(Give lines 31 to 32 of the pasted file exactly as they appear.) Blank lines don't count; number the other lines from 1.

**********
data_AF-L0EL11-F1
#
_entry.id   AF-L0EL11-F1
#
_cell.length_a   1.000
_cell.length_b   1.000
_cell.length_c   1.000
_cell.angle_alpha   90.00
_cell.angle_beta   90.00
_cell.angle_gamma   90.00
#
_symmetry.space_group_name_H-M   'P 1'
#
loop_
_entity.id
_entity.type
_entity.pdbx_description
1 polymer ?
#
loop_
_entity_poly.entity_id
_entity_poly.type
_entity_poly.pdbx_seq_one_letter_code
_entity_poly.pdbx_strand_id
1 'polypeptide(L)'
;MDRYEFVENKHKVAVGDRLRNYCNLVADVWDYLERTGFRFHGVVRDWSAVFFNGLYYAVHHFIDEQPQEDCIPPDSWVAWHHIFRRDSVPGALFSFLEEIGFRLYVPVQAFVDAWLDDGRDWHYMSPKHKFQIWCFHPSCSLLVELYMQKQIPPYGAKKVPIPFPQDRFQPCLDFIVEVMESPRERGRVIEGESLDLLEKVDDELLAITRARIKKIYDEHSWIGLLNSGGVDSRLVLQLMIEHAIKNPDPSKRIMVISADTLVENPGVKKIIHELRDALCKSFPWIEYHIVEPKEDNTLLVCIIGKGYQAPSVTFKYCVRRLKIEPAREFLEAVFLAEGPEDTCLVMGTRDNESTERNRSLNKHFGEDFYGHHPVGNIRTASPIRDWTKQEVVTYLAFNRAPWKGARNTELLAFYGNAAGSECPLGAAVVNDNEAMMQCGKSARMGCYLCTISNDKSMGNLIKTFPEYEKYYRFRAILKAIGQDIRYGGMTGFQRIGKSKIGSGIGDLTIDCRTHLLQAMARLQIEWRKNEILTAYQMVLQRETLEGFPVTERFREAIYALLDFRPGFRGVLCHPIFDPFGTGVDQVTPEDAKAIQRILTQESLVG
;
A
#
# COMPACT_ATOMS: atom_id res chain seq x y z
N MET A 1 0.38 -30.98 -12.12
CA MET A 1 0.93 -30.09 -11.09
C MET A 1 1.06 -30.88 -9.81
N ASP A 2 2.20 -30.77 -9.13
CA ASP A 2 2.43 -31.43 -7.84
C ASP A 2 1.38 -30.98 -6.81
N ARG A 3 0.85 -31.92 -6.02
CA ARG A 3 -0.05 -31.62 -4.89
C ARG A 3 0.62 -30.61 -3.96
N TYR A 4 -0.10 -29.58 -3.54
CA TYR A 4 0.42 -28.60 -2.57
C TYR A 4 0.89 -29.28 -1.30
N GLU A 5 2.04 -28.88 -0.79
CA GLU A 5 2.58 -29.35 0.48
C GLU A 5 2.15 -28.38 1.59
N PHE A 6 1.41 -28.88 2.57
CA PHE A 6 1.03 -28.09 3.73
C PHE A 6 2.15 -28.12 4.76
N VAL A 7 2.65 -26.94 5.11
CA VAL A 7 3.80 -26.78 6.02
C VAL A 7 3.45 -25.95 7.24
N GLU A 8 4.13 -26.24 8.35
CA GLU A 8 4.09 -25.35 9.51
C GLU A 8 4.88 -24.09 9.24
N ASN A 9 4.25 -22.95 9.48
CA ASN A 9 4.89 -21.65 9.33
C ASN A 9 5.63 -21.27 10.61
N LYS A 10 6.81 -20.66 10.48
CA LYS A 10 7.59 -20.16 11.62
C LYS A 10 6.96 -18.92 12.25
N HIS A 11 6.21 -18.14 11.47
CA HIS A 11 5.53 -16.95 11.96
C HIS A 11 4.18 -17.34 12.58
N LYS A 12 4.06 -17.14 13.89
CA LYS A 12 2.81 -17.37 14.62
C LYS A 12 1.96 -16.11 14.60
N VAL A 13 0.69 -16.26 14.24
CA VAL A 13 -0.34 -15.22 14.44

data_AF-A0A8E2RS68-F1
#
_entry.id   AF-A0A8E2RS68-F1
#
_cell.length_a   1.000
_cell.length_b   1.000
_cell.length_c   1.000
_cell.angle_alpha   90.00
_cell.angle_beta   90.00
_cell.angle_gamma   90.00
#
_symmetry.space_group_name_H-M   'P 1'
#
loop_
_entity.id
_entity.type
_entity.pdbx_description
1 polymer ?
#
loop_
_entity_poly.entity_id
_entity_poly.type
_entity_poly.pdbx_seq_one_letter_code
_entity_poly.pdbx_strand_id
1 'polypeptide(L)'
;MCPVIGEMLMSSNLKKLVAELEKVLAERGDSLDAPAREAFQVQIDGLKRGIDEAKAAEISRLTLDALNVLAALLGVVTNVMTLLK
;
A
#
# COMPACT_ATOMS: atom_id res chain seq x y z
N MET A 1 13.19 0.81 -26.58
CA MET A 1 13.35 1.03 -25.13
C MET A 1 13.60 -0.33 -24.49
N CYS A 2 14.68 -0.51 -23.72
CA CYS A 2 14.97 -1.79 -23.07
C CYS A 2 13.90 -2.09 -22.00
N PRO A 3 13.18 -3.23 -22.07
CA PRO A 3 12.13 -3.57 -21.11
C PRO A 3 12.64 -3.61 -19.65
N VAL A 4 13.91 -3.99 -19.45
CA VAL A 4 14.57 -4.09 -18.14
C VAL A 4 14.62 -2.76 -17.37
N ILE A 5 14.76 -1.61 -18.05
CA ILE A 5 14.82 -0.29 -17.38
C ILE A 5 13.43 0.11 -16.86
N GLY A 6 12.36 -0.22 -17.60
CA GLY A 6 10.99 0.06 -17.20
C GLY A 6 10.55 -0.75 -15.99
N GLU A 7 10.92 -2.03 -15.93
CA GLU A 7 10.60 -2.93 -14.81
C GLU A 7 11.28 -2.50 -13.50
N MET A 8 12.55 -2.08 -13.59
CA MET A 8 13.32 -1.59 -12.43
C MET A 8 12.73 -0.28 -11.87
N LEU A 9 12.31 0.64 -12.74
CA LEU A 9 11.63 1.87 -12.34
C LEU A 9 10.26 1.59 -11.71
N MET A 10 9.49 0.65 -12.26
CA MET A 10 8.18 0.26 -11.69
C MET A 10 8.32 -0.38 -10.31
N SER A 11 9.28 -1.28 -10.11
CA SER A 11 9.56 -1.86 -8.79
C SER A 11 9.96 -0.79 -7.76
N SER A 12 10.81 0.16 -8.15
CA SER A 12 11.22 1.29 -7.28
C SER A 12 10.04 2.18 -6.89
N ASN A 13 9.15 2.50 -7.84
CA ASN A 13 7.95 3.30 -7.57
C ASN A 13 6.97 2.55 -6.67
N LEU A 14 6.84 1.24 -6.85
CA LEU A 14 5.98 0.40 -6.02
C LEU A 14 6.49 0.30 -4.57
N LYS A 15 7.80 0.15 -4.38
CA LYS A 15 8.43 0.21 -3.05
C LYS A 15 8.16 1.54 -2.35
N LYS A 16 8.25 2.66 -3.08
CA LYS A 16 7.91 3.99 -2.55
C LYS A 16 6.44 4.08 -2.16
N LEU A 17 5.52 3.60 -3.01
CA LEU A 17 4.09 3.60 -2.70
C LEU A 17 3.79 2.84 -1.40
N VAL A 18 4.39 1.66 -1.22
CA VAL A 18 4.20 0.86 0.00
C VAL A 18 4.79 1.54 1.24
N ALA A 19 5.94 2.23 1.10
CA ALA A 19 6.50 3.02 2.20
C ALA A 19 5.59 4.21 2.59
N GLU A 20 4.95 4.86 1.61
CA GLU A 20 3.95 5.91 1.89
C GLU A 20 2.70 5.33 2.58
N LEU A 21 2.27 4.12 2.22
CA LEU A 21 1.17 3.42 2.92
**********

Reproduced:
N MET A 1 0.38 -30.98 -12.12
CA MET A 1 0.93 -30.09 -11.09